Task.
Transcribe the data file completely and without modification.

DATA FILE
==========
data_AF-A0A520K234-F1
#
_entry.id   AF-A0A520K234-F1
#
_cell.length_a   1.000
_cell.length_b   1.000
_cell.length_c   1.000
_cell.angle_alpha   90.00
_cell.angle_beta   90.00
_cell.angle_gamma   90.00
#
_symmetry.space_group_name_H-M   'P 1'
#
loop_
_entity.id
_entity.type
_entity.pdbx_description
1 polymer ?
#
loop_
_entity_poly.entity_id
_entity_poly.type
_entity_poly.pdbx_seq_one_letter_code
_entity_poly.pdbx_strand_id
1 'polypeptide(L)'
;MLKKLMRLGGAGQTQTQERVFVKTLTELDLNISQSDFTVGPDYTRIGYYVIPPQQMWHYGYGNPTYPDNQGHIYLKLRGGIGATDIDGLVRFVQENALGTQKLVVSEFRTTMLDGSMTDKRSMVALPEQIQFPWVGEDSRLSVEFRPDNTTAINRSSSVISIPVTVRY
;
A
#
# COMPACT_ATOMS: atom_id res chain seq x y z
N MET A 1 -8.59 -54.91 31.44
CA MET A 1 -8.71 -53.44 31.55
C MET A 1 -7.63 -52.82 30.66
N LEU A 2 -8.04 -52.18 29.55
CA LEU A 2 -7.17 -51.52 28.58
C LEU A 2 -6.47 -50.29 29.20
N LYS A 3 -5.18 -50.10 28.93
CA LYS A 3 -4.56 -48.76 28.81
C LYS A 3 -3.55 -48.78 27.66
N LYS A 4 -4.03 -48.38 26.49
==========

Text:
data_AF-A0A520K234-F1
#
_entry.id   AF-A0A520K234-F1
#
_cell.length_a   1.000
_cell.length_b   1.000
_cell.length_c   1.000
_cell.angle_alpha   90.00
_cell.angle_beta   90.00
_cell.angle_gamma   90.00
#
_symmetry.space_group_name_H-M   'P 1'
#
loop_
_entity.id
_entity.type
_entity.pdbx_description
1 polymer ?
#
loop_
_entity_poly.entity_id
_entity_poly.type
_entity_poly.pdbx_seq_one_letter_code
_entity_poly.pdbx_strand_id
1 'polypeptide(L)'
;MLKKLMRLGGAGQTQTQERVFVKTLTELDLNISQSDFTVGPDYTRIGYYVIPPQQMWHYGYGNPTYPDNQGHIYLKLRGGIGATDIDGLVRFVQENALGTQKLVVSEFRTTMLDGSMTDKRSMVALPEQIQFPWVGEDSRLSVEFRPDNTTAINRSSSVISIPVTVRY
;
A
#
# COMPACT_ATOMS: atom_id res chain seq x y z
N MET A 1 -8.59 -54.91 31.44
CA MET A 1 -8.71 -53.44 31.55
C MET A 1 -7.63 -52.82 30.66
N LEU A 2 -8.04 -52.18 29.55
CA LEU A 2 -7.17 -51.52 28.58
C LEU A 2 -6.47 -50.29 29.20
N LYS A 3 -5.18 -50.10 28.93
CA LYS A 3 -4.56 -48.76 28.81
C LYS A 3 -3.55 -48.78 27.66
N LYS A 4 -4.03 -48.38 26.49